As argued throughout this book, an inescapable, and all-too-often painful, bottom line in the pursuit of pluralism is that it requires impositions and limitations on freedoms that are considered central and fundamental to an individual’s well-being, but which must be limited for some people in some circumstances for reasons extending well beyond the claims of a given individual. A comparison to recent cases from the United States, United Kingdom, and the European Court of Human Rights reveals that however different and distant premodern Islamic and modern democratic societies may be in terms of time, space, and values, legal systems face similar challenges when governing a populace in which minority and majority groups diverge on the meaning and implication of values deemed fundamental to a particular polity.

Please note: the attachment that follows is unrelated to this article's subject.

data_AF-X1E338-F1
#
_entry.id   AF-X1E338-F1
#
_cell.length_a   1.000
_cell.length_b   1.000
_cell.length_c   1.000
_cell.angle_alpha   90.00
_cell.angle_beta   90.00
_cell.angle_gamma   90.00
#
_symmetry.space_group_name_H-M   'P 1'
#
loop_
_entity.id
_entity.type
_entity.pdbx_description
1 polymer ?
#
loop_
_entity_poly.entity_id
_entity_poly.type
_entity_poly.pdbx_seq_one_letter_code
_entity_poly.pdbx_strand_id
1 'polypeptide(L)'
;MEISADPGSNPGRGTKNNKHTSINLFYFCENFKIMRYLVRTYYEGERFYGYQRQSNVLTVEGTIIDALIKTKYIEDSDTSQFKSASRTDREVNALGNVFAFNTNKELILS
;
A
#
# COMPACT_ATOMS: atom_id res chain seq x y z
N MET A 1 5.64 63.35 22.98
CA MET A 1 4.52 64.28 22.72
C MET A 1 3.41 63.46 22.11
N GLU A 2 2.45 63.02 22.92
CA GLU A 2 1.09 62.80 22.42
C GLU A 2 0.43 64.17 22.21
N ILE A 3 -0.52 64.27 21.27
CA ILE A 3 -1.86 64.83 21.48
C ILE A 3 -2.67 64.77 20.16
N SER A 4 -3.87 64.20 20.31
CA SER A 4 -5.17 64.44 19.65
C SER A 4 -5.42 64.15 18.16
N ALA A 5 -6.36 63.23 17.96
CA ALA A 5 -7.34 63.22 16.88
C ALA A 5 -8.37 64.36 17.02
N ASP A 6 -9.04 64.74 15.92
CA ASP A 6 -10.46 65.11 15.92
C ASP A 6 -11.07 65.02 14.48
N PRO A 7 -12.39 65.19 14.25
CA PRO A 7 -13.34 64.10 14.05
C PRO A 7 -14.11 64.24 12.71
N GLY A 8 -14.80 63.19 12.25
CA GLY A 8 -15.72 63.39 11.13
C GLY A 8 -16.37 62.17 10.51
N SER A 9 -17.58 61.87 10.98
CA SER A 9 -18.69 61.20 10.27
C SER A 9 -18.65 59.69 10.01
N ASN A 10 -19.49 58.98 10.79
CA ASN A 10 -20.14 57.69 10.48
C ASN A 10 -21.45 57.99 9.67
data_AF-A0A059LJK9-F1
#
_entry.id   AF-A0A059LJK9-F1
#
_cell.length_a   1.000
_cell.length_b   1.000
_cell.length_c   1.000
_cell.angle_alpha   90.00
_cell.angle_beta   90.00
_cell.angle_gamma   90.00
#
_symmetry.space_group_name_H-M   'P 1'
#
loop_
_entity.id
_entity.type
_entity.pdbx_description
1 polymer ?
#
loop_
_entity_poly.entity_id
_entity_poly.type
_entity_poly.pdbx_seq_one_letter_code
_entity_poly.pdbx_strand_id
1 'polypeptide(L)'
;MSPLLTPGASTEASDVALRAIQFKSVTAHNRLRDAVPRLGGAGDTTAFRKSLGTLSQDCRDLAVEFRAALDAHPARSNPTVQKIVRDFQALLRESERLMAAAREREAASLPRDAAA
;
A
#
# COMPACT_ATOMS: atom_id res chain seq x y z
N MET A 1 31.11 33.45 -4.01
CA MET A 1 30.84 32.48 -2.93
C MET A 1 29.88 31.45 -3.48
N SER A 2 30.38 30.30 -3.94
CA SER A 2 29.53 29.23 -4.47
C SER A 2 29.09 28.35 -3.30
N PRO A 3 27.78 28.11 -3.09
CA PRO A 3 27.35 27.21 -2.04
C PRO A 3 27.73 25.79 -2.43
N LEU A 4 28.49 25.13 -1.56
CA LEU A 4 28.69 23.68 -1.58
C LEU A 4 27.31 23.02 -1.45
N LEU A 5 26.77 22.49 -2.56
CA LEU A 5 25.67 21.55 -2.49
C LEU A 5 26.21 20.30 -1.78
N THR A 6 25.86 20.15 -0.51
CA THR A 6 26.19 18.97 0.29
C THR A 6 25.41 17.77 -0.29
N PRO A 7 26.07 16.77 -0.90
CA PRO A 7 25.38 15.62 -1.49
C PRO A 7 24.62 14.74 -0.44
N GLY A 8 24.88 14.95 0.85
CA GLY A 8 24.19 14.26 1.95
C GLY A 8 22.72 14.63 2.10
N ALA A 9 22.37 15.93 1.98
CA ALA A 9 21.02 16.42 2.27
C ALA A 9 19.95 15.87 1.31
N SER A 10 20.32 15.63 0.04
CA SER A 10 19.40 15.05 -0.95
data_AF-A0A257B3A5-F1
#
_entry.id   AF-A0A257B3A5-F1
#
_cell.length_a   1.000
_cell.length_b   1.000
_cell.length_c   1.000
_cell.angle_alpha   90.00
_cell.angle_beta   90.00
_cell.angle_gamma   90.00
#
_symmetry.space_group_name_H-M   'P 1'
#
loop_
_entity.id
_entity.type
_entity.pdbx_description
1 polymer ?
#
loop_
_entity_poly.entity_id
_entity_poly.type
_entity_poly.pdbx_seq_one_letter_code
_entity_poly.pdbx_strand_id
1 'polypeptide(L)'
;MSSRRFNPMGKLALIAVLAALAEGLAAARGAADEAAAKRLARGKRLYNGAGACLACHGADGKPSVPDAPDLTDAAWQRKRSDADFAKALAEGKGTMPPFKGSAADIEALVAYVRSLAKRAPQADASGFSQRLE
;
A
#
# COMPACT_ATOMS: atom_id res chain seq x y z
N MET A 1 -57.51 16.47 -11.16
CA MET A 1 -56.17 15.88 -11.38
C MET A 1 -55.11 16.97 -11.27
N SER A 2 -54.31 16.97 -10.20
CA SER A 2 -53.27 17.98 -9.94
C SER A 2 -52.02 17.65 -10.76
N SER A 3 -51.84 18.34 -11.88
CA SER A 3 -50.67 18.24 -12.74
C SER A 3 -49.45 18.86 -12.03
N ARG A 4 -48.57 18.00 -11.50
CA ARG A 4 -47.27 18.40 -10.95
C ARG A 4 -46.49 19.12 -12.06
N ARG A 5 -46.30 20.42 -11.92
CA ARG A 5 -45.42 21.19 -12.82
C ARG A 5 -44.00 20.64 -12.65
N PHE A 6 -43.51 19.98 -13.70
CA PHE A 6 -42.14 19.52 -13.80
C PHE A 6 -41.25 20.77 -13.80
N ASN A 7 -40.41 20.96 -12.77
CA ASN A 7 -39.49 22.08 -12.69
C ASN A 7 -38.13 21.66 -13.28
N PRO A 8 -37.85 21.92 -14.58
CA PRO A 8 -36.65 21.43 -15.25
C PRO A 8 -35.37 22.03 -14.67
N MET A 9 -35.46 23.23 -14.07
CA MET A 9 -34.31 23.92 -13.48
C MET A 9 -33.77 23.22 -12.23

Kazemipur, “The Muslim Question in Canada”

This past May, University of British Columbia Press released The Muslim Question in Canada: A Story of Segmented Integration by Abdolmohammad Kazemipur (University of Lethbridge).  The publisher’s description follows:

The Muslim Question in CanadaTo those who study the integration of immigrants in Western countries, both Muslims and Canada are seen to be exceptions to the rule. Muslims are often perceived as unable or unwilling to integrate into liberal democracies, mostly due to their religious beliefs; Canada is portrayed as a model for successful. This book addresses the intersection of these two types of exceptionalism through an empirical study of the experiences of Muslims in Canada.